Keith Alexander’s “Packets in Flight” Turn Hackers into Terrorists
Keith Alexander showed up to chat with a typically solicitous George Stephanopoulos yesterday. The interview demonstrates something I’ll be increasingly obsessed with in upcoming weeks.
The government is using the limited success of NSA’s counterterrorism spying to justify programs that increasingly serve a cybersecurity function — a function Congress has not enthusiastically endorsed.
The interview starts with Alexander ignoring Steph’s first question (why we didn’t find Snowden) and instead teeing up 9/11 and terror terror terror.
And when you think about what our mission is, I want to jump into that, because I think it reflect on the question you’re asking.
You know, my first responsibility to the American people is to defend this nation. And when you think about it, defending the nation, let’s look back at 9/11 and what happened.
The intel community failed to connect the dots in 9/11. And much of what we’ve done since then were to give us the capabilities — and this is the business record FISA, what’s sometimes called Section 215 and the FAA 702 — two capabilities that help us connect the dots.
The reason I bring that up is that these are two of the most important things from my perspective that helps us understand what terrorists are trying to do. And if you think about that, what Snowden has revealed has caused irreversible and significant damage to our country and to our allies.
When — on Friday, we pushed a Congress over 50 cases where these contributed to the understanding and, in many cases, disruptions of terrorist plots.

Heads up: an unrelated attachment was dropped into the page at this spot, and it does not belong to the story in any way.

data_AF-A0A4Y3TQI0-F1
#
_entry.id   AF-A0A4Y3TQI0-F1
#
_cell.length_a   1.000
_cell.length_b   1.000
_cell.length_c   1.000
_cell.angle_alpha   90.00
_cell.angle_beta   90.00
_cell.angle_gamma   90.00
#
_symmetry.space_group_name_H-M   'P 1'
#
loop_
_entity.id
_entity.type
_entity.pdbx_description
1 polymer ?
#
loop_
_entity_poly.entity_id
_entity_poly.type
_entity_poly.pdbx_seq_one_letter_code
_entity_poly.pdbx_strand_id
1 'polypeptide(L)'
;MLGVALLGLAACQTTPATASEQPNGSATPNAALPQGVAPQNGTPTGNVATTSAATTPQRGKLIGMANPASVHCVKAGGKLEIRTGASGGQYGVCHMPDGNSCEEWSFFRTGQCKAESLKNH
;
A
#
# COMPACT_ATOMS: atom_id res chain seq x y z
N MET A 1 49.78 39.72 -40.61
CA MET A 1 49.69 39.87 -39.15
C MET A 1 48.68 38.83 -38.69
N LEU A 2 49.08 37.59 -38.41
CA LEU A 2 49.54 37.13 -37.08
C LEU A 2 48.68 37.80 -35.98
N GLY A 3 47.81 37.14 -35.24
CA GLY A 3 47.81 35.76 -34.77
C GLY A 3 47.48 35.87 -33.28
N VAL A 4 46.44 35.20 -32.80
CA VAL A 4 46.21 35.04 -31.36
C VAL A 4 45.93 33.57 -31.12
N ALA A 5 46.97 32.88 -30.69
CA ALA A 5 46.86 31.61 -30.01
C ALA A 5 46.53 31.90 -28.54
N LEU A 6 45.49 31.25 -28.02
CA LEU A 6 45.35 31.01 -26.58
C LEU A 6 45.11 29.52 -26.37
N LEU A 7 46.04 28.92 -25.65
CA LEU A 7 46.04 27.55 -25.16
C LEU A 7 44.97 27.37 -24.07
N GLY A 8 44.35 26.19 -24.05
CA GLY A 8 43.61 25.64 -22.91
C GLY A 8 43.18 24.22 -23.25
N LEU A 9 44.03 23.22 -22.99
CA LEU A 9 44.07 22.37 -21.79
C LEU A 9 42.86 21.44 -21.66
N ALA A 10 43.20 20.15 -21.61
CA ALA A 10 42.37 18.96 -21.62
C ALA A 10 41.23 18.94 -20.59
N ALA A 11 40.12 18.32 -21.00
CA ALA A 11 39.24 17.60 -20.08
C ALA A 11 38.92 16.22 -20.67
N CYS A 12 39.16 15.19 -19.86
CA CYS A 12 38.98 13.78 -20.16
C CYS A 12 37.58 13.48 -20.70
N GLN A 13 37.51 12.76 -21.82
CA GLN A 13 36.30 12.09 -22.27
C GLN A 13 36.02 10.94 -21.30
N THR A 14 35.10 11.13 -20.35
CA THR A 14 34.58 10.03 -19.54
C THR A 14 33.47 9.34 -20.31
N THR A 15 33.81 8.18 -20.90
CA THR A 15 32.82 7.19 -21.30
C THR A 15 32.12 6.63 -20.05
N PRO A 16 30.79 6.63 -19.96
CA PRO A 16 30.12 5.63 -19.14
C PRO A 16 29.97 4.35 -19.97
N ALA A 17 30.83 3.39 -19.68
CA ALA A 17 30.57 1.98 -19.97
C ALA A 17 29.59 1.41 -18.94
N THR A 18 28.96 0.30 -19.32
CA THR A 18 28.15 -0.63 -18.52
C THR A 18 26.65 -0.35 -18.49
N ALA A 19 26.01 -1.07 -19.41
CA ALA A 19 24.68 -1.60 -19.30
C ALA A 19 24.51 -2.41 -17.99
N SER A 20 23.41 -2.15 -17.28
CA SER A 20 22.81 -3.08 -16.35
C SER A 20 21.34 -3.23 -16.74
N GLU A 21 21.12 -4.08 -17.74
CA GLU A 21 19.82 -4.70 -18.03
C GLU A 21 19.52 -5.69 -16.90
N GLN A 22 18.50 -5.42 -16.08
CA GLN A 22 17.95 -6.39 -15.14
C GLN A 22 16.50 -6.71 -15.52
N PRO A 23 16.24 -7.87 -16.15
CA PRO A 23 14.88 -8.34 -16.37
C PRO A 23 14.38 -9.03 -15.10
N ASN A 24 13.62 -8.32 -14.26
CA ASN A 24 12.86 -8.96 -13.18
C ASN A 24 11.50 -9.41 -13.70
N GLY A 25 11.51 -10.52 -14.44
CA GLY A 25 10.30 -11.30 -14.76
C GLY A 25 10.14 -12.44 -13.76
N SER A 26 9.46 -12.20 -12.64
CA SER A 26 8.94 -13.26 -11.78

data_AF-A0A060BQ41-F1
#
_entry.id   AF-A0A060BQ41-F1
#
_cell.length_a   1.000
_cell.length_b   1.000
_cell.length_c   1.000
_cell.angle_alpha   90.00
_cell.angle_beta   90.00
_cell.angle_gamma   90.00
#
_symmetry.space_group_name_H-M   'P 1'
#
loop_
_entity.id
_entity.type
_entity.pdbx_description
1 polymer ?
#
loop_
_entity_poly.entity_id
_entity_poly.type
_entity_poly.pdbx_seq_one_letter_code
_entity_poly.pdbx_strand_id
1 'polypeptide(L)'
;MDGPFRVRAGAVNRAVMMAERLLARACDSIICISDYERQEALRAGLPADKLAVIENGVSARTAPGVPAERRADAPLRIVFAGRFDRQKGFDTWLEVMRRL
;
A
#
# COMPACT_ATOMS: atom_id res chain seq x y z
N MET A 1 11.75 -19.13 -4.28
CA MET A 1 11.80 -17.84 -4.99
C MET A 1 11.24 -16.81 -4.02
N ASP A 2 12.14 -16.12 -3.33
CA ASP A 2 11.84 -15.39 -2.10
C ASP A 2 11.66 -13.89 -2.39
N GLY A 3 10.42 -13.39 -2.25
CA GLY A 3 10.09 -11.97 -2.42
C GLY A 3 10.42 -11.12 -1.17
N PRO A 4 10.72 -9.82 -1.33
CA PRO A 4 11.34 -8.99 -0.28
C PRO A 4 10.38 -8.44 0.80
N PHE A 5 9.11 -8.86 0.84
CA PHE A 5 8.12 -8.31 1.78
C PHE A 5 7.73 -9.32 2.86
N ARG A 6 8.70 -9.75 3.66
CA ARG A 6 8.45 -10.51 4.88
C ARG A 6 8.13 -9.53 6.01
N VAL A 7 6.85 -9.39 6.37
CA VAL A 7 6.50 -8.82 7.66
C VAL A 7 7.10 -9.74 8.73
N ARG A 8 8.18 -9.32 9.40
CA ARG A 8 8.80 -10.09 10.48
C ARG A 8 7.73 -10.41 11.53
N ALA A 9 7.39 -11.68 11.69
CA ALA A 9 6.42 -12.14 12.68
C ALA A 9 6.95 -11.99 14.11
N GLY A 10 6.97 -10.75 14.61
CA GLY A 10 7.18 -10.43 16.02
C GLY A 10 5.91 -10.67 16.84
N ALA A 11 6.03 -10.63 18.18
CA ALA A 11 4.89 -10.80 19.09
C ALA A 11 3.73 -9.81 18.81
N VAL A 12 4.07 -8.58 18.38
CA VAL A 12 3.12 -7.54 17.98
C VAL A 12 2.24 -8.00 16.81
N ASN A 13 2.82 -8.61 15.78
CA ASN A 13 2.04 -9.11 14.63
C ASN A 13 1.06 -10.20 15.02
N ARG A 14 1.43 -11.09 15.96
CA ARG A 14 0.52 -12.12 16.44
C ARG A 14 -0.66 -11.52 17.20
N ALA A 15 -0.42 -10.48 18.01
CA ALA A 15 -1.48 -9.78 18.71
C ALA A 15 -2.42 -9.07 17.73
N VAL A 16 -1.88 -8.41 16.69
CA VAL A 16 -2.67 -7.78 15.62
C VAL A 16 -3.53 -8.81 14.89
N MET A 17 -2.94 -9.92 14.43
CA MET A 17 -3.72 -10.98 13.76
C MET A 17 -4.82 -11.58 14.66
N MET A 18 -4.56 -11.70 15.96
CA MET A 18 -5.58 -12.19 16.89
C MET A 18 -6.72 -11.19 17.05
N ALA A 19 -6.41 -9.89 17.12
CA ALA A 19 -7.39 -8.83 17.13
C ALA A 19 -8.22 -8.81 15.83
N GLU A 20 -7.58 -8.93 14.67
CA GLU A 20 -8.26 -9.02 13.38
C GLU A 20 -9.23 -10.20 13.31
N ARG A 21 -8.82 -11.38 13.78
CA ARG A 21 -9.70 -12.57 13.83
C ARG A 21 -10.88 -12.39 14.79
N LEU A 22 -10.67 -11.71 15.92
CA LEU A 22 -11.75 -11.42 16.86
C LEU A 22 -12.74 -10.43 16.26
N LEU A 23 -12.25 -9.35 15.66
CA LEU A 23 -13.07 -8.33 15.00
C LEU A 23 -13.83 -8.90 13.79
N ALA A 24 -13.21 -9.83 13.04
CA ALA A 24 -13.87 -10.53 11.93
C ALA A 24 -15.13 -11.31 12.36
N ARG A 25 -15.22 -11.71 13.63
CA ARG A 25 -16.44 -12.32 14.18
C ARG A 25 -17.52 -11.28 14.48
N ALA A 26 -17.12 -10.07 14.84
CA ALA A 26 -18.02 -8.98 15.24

Steph persists with his original question and gets Alexander to repeat that they’ve “changed the passwords” at NSA to prevent others from leaking.
Steph then asks Alexander about Snowden’s leaks of details on our hacking of China (note, no one seems to be interested in this article, which is just as revealing about our hacking of China as Snowden’s revelations).
Note how, even here, Alexander says our intelligence collection in China is about terrorism.
STEPHANOPOULOS: In the statement that Hong Kong put out this morning, explaining why they allowed Snowden to leave, they also say they’ve written to the United States government requesting clarification on the reports, based on Snowden’s information, that the United States government attacked (ph) computer systems in Hong Kong.
He said that the NSA does all kinds of things like hack Chinese cell phone companies to steal all of your SMS data.
Is that true?
ALEXANDER: Well, we have interest in those who collect on us as an intelligence agency. But to say that we’re willfully just collecting all sorts of data would give you the impression that we’re just trying to canvas the whole world.
The fact is what we’re trying to do is get the information our nation needs, the foreign intelligence, that primary mission, in this case and the case that Snowden has brought up is in defending this nation from a terrorist attack.
Alexander then shifts the issue and suggests we’re collecting on China because it is collecting on us.
Now we have other intelligence interests just like other nations do. That’s what you’d expect us to do. We do that right. Our main interest: who’s collecting on us?
Alexander next goes on to answer Steph’s question about whether we broke Hong Kong law by saying this hacking doesn’t break our law. He also says he doesn’t “track” WikiLeaks, but knows who Julian Assange is, which I take to be confirmation NSA targets Assange and collects on everyone else he talks to.